Army & Media Dispute Body Armor Effectiveness

Lawmakers want Army body armor retested
By DONNA BORAK, AP Business Writer Wed Jun 6

WASHINGTON - Lawmakers on Wednesday requested additional independent tests to determine whether standard-issue body armor for U.S. soldiers is more effective than an alternative.

At issue are conflicts between year-old test results released by the Army last month and comparisons made by NBC News and broadcast in May.

"Let's get right down to the nuts and bolts here," Rep. Duncan Hunter, R-Calif., ranking member of the House Armed Services committee, said at a hearing on the issue. "Which test is right? Or, maybe, are both of them right?"

NBC News tests conducted May 3 at a ballistics laboratory in Germany, and reviewed by retired U.S. Gen. Wayne Downing, showed that in simulated combat conditions Dragon Skin, made by privately held Pinnacle Armor Inc., outperformed Interceptor, the Army's standard-issue armor.

The Army disputes those results and released a report last month contradicting NBC's claims after the network aired a report on the matter. Senior Army officials said at Wednesday's hearing they were confident in their own "unbiased" test results.

Lt. Gen. N. Ross Thompson, military deputy to the Assistant Secretary for the Army, said despite the wishes of Congress and Dragon Skin's manufacturer, the Army will not conduct a side-by-side test.

However, Ross said the Army will conduct separate tests of all vendors' body armor, including Dragon Skin, under a pending contract.

Murray Neal, Pinnacle's chief executive, testified Wednesday that the Army misrepresented and distorted its May 2006 test results.

"I'm asking for an independent test because the information coming out of the Army is fraught full of inaccuracies," Neal said.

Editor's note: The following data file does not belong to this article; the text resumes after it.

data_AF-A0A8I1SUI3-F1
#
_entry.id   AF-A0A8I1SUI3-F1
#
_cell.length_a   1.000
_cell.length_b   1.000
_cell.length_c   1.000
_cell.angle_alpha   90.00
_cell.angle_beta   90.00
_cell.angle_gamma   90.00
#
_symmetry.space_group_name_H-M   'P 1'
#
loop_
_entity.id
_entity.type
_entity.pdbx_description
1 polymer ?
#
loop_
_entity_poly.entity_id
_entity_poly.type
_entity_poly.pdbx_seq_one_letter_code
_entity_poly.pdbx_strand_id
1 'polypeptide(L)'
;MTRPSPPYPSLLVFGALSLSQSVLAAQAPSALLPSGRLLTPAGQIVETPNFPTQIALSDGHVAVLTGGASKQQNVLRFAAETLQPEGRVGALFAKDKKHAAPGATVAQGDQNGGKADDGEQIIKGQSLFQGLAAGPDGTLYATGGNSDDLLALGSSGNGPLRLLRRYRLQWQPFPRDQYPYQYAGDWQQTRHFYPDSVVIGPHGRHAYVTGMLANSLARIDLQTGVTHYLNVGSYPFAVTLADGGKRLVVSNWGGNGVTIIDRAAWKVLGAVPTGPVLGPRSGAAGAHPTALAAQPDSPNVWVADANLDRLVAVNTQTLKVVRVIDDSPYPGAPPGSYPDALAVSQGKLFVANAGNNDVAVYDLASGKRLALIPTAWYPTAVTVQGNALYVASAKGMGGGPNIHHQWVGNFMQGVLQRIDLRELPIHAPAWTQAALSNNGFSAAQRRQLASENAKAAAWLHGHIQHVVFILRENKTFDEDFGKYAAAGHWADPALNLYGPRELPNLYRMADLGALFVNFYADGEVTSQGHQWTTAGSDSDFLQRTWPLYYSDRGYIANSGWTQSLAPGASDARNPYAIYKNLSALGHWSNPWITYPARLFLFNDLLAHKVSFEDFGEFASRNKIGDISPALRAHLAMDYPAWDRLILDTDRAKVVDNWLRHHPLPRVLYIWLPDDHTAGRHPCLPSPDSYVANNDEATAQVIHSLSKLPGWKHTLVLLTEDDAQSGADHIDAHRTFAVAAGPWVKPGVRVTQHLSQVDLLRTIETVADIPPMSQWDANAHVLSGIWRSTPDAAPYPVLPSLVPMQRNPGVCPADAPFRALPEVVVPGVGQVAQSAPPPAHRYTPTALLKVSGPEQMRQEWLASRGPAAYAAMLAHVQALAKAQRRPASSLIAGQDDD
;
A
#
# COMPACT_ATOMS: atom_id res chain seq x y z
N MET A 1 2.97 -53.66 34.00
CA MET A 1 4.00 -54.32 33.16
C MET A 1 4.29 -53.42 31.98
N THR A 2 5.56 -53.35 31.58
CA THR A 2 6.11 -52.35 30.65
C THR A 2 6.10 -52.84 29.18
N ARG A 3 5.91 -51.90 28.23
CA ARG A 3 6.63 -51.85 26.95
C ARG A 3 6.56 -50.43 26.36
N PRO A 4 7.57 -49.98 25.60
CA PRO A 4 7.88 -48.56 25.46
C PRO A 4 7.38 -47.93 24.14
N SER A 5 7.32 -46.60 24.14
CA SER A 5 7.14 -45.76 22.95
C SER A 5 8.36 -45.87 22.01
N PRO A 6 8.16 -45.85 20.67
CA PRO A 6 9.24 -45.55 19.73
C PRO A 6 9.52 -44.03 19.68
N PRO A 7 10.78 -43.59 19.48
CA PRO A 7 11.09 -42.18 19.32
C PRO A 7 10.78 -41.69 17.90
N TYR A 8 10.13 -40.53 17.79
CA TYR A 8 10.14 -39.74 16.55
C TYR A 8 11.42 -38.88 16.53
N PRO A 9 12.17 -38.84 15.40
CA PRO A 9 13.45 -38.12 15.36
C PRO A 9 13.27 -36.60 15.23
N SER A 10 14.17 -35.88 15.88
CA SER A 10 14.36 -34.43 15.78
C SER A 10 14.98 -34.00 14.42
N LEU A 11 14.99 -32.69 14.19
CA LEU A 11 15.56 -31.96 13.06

Hunter questioned why representatives from the Fresno, Calif.-based company, who witnessed the Army's testing, did not raise concerns earlier if they thought the Army had conducted a faulty test. The test was performed for the military by H.P. White Laboratory, an independent ballistics center in Maryland.

Dragon Skin is provided to some special services soldiers and others can buy it with their own money if they don't like the heavier-weight Interceptor armor.

Congressional members led by Rep. Joe Courtney, D-Conn., are requesting an independent study by the Government Accountability Office to review the Army's testing procedures, a comparison study and review of current safety compliance rules.

Pinnacle has competed for Army contracts on body armor but lost out five times because its product did not meet specifications.

Costa Mesa, Calif.-based Ceradyne Inc. and Chandler, Ariz.-based Armor Works LLC are two companies that manufacture Interceptor.

Falls Church, Va.-based General Dynamics Corp., identified in an earlier story as a body armor manufacturer, makes armor for vehicles, not personnel.

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